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Dollar Mostly Heading Lower On Monday

Dollar Mostly Heading Lower On Monday

The dollar is losing ground against both the pound sterling and Japanese Yen on Monday, but is up slightly in comparison to the Euro. The so called "sequester" has now taken effect. The automatic budget cuts could threaten the fragile U.S. economic recovery.

Eurozone's falling inflation and rising unemployment may put pressure on the European Central Bank (ECB) to loosen its monetary policy, and the bank is expected to discuss an interest rate cut or other unconventional policies at next week's meeting, Capital Economics Senior European Economist Jennifer McKeown said Monday.

The firm said that the recent rise in unemployment and fall in inflation suggest that euro-zone pay growth will come under more downward pressure in the coming months.

The employment outlook suggests that the situation is not about to improve in the near term, and the weak labor market conditions are expected to add to the drag on consumer spending from fiscal tightening, the economist noted.

The dollar slipped to an early low of $1.3030 against the Euro on Monday, but has since risen to around $1.2990.

Eurozone investor confidence declined in March after improving for six months in a row, data released by the think-tank Sentix showed Monday. The index fell to -10.6 in March, the weakest since December 2012, from -3.9 in the prior month. The March figure was worse-than the expected level of -4.6 points.

Eurozone's producer price inflation slowed to the lowest level in six months in January, giving room for the European Central Bank to lower its policy rate at this week's meeting to revive the flagging economy.

Producer price inflation slowed to 1.9 percent from 2.1 percent in December, statistical office Eurostat said on Monday. The latest figure matched economists' expectations. The rate of growth was the lowest since July 2012, when prices rose 1.6 percent.

The marked fall in Eurozone's producer price inflation in January, which is in line with the latest consumer price data, indicates that the European Central bank (ECB) has ample scope for lowering interest rates at this week's meeting, IHS Global Insight Chief UK and European Economist Howard Archer said Monday.

U.K. banks' reduced their lending to firms and households in the fourth quarter dampening hopes that the lending scheme will boost recovery, data from the Bank of England showed Monday.

The net lending of banks participating in the Funding for Lending Scheme, shrank GBP 2.4 billion during the quarter ending December.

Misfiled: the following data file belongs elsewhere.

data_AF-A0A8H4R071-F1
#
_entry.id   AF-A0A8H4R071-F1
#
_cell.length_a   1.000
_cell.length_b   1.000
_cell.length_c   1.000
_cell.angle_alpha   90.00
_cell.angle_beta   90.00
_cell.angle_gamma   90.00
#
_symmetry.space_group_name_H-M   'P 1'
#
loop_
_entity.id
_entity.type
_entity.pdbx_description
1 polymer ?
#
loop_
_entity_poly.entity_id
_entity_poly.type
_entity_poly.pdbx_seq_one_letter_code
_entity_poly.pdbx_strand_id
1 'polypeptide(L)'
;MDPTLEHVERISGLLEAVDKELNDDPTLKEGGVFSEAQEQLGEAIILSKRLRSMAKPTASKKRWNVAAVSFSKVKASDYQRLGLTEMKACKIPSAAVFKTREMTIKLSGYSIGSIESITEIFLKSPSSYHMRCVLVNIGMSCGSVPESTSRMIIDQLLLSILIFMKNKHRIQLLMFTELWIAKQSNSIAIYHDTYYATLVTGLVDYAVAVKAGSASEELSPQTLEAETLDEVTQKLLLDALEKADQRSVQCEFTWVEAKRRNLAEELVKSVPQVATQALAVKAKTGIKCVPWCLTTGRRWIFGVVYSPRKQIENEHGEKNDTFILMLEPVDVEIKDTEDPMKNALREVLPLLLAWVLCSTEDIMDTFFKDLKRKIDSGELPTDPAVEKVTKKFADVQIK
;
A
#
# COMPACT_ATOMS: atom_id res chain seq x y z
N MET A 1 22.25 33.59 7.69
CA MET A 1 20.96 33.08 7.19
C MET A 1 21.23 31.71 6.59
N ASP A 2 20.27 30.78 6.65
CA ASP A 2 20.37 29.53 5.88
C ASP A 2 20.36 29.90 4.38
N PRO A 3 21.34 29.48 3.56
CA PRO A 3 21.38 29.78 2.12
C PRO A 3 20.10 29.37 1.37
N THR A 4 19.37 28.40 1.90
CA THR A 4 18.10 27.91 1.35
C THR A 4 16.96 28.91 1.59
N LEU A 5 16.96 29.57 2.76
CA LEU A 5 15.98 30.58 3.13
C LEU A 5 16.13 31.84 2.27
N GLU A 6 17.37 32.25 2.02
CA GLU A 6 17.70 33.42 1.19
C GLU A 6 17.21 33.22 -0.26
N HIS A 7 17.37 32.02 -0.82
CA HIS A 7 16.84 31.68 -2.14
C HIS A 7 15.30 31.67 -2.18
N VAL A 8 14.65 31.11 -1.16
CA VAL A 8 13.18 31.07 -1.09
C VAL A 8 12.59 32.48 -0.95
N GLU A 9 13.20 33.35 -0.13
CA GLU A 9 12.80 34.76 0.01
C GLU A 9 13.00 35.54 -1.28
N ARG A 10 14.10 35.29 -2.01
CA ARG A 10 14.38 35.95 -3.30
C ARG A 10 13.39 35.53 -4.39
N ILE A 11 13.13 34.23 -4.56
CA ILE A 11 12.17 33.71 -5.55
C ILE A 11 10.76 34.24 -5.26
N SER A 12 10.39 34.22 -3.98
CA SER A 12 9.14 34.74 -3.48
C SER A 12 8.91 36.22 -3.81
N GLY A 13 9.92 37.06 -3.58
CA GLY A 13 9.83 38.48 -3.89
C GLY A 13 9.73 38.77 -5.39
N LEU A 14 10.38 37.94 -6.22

About 11 participants made total FLS drawdowns of GBP 9.5 billion, taking the total amount drawn to GBP 13.8 billion since the programme started in August.

U.K. manufacturers have ambitious strategies for growth, but they are not investing enough to deliver them, a survey from EEF, the manufacturer' organization showed Monday.

According to the survey of over 250 companies, nearly nine in ten firms want to invest to improve productivity, three-quarters to adopt new technology and seven in ten to develop capacity to manufacture new products.

Although the trends are positive, investment is still 14 percent below its 2008 peak. A fifth of manufacturers feel they are falling behind their international competitors.

The greenback rose to an early high of $1.4998 against the pound sterling Monday, but has since fallen to around $1.5070.

The British construction activity declined at the sharpest pace since October 2009 on solid reduction in output and new works, a survey by Markit Economics showed Monday. The Markit/Chartered Institute of Purchasing & Supply Purchasing Managers' Index fell to 46.8 in February from 48.7 in January. Economists had forecast the index to rise to 49. Readings below 50 suggests contraction of the sector.

Haruhiko Kuroda, the Governor-designate of the Bank of Japan, said on Monday he will do whatever is needed to end deflation, which has stymied growth in the world's third largest economy in the past 15 years.

The BoJ should send out a clear message that it will do whatever is needed to reverse the prolonged price falls, Kuroda, a long-time proponent of inflation targeting, said at a confirmation hearing in Parliament.

He opined that the size and scope of assets that the central bank is purchasing are not enough to achieve the 2 percent inflation target, fueling expectations that BoJ will embark on stronger monetary easing once his nomination is confirmed.

The buck reached an early high of Y93.717 against the Japanese Yen on Monday, but has since pulled back to around Y93.335.

The monetary base in Japan climbed 15.0 percent on year in February, the Bank of Japan said on Monday, standing at 129.314 trillion yen. That follows the 10.9 percent spike in January and the 11.8 percent jump in December.

by RTT Staff Writer

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